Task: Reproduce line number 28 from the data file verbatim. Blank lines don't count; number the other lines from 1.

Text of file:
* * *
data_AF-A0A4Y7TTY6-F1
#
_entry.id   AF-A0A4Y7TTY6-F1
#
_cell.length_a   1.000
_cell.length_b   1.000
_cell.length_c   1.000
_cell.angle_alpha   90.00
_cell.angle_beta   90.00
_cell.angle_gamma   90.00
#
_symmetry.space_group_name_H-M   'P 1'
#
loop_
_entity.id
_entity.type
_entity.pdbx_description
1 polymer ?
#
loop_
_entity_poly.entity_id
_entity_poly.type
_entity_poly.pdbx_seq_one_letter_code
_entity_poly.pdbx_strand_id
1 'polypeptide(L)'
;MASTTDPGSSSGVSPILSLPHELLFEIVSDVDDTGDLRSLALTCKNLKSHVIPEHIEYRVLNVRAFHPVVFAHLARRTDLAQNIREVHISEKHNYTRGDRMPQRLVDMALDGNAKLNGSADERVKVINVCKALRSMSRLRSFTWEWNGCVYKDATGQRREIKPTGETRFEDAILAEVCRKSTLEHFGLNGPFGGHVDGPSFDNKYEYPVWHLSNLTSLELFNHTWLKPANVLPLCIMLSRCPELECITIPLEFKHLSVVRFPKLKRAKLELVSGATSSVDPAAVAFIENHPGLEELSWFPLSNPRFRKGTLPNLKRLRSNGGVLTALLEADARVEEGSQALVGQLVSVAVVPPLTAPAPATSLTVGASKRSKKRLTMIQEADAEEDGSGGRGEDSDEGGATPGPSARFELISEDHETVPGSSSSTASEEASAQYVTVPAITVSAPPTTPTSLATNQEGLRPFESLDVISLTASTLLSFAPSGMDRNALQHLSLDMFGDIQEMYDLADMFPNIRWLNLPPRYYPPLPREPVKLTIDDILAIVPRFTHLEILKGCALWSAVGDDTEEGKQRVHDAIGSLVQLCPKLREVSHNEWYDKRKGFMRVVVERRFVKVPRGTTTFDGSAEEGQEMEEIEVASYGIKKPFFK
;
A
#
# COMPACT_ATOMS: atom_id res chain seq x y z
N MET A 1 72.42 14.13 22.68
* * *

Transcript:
A